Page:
Brii Biosciences launched earlier this year with $260 million and a mission to find new medicines in infectious disease and other therapeutic areas and bring them to China. Today, the startup is announcing new partnerships that jump-start its pipeline, with an eye on potentially curing hepatitis B.
Brii, co-founded by GlaxoSmithKline (NYSE: GSK) infectious disease veteran Zhi Hong, has signed a collaboration with VBI Vaccines (NASDAQ: VBIV) of Cambridge, MA to develop VBI-2601, an injectable drug that contains key hepatitis B proteins and other immune modulators to boost immune responses against the virus. Brii will pay VBI $11 million up front in total—$4 million in cash and a $7 million equity investment. VBI could receive up to $117.5 million in additional milestone payments, and royalties on sales in China, Hong Kong, Macau, and Taiwan if the drug reaches the market. The two companies will co-develop the drug through early-mid stage clinical trials in China. After that, Brii will fund all development in these regions in Asia and have commercial rights there. Brii said in its announcement today that it plans to start clinical proof-of-concept trials of VBI-2601 in China by 2019.
Hepatitis B is a huge problem in China—of the more than 250 million people worldwide infected with the virus, about one-third of them live in China, according to the World Health Organization. While a vaccine has dramatically reduced hepatitis B rates in children, the virus still infects adults for life, putting them at risk for cirrhosis, liver failure, and cancer. Current treatments suppress the virus but don’t cure the disease in most patients.
In pursuit of higher cure rates, Brii has also announced more details from its existing partnership with Vir Biotechnology. San Francisco-based Vir recently launched a Phase 1/2 trial of VIR-2218, a RNA interference-based drug for hepatitis B, in partnership with Alnylam Pharmaceuticals (NASDAQ: ALNY). Brii has marketing rights in China for this drug and up to three other Vir products, and it aims to test VIR-2218 in patients in China by next year.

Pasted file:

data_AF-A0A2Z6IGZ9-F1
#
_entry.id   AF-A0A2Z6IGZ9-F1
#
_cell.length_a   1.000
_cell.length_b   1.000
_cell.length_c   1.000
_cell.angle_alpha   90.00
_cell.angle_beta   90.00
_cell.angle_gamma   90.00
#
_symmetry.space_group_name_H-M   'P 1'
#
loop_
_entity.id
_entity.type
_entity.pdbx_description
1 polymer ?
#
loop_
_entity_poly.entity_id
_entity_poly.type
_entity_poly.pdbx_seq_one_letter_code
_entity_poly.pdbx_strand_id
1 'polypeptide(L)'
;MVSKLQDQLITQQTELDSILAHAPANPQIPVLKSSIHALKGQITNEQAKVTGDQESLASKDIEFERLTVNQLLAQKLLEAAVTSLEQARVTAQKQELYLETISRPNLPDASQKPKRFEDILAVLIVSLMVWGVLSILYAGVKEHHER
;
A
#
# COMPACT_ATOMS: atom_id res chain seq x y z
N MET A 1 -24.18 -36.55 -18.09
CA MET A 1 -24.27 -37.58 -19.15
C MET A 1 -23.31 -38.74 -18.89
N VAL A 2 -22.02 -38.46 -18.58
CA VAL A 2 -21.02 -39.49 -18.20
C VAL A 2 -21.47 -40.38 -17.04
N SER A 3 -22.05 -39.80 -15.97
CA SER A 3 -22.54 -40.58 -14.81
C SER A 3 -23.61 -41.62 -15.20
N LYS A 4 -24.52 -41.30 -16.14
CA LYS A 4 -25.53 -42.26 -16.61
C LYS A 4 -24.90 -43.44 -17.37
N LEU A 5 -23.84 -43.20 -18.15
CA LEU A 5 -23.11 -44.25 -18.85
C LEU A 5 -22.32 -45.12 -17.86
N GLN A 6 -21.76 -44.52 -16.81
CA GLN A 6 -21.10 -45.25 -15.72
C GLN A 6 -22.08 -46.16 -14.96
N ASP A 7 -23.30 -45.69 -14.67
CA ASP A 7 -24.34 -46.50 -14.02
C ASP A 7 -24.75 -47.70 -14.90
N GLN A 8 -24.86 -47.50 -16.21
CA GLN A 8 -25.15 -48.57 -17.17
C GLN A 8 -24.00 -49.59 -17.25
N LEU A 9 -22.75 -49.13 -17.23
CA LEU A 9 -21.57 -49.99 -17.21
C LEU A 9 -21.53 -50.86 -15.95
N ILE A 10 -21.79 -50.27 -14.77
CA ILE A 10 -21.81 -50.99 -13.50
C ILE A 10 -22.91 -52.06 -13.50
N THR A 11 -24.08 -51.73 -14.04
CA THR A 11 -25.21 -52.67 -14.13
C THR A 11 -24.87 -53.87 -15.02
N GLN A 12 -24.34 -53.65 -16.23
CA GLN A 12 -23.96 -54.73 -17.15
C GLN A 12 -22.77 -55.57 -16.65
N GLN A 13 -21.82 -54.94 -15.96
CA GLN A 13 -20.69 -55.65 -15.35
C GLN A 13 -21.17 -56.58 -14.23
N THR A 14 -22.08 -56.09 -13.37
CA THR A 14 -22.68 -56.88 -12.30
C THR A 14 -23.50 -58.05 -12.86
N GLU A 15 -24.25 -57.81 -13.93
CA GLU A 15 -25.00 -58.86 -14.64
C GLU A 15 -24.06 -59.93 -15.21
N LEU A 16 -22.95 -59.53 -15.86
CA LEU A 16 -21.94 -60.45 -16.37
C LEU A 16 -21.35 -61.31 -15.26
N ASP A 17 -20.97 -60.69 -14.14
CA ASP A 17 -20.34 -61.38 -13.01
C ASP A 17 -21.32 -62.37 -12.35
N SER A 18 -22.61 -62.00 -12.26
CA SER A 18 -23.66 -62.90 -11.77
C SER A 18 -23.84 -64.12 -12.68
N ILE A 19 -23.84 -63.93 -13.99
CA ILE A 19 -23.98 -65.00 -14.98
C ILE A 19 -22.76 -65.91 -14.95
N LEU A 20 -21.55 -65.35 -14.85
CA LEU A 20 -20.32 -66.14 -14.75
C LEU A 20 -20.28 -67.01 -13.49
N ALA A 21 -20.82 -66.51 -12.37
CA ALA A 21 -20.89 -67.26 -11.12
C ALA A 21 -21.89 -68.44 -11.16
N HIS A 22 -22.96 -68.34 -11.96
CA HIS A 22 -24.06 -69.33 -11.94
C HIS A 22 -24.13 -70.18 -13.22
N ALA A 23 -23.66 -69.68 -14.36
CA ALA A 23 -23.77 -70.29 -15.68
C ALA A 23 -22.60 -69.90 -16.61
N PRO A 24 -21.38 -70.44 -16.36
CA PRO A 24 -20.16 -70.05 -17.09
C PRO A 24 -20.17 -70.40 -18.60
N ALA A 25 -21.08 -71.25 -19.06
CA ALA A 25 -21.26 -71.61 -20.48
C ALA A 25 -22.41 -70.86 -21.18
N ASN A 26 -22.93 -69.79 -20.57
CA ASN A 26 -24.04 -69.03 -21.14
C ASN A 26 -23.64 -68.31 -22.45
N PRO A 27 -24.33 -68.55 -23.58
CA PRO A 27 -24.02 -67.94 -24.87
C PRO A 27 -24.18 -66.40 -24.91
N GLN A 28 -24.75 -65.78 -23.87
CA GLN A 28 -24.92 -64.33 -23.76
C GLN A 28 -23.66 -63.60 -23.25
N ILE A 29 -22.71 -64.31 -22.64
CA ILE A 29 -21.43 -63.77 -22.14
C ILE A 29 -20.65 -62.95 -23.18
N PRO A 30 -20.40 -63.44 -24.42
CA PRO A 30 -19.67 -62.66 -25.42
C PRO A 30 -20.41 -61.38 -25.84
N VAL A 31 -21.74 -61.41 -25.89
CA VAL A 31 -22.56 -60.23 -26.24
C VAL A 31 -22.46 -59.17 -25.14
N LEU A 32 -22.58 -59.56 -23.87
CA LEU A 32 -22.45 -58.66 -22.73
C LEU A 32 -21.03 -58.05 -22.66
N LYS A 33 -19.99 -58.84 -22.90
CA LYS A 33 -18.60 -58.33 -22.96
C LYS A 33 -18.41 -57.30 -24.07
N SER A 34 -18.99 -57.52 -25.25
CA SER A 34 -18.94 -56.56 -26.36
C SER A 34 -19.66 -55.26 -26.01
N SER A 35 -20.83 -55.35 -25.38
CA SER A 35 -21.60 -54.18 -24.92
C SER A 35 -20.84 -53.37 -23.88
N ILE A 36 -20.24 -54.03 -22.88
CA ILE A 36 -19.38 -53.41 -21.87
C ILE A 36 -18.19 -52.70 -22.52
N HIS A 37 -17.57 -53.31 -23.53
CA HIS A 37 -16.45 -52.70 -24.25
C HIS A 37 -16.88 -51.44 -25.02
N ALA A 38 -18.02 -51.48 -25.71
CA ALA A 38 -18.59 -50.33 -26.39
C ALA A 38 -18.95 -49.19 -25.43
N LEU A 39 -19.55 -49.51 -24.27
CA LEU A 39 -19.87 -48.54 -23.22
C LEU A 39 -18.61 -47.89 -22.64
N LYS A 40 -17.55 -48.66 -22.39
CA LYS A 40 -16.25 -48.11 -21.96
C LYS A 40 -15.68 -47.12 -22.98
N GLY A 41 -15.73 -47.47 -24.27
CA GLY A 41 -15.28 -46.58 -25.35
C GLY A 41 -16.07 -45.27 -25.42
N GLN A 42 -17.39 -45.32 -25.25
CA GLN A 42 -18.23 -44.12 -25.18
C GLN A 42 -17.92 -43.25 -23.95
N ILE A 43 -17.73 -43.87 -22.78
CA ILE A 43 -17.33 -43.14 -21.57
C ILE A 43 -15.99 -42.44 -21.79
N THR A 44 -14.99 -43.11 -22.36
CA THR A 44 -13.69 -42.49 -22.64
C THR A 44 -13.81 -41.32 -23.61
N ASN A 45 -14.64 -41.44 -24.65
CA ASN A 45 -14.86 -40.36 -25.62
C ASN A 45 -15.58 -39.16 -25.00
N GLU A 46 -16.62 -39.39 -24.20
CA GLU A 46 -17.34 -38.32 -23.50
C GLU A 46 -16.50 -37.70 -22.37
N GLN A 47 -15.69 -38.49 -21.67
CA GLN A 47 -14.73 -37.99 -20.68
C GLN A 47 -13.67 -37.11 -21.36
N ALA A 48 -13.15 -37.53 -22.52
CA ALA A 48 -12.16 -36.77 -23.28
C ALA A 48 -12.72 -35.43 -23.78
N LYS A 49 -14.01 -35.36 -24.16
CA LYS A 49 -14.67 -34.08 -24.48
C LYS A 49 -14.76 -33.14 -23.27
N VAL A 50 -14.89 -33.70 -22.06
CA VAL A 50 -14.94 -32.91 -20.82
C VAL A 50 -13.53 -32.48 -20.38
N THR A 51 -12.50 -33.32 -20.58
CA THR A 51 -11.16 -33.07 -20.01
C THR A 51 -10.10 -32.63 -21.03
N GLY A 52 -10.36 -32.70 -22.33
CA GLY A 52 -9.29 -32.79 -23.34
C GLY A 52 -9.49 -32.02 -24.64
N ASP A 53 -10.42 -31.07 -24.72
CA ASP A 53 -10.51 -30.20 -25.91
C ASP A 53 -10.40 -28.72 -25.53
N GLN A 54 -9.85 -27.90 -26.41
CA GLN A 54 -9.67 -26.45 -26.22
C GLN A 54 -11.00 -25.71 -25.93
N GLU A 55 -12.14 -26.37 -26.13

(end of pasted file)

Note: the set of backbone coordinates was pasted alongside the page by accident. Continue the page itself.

The RNAi drug from Vir/Alnylam is designed to block the production of all hepatitis B proteins, including a key antigen, with the hope of restoring the patient’s immune response to the virus.
Hong says he envisions the Vir and VBI drugs working in tandem. “My thinking around this is that the Vir product kicks off the immune response and 2601 [from VBI] will sustain and prolong the response.” Hong adds that the drugs could be used in combination, but they will be tested separately first before the company plans any combination trials.
These deals get Brii to the clinic relatively soon, but the company is also launching its R&D hub in Beijing (pictured), with 200 employees, to focus on earlier-stage discovery, thanks to a new partnership with the Beijing government and Tsinghua University in Beijing. Brii will work with Tsinghua researchers and also with WuXi Biologics to find new immune system targets for infectious disease. Hong says he hopes to bring the success and progress in cancer immunotherapies to infectious disease by developing new antibodies that boost immune responses against pathogens. “We hope to change the paradigm for treating infectious disease,” Hong says.
Brii will keep its small offices in Shanghai, Durham, NC, and San Francisco, but the Beijing location will be the company’s largest presence and only research center, Hong says. He adds that the funding he has should get his company through two to three years of clinical testing with the current pipeline.
Click here for more on Brii’s launch and approach.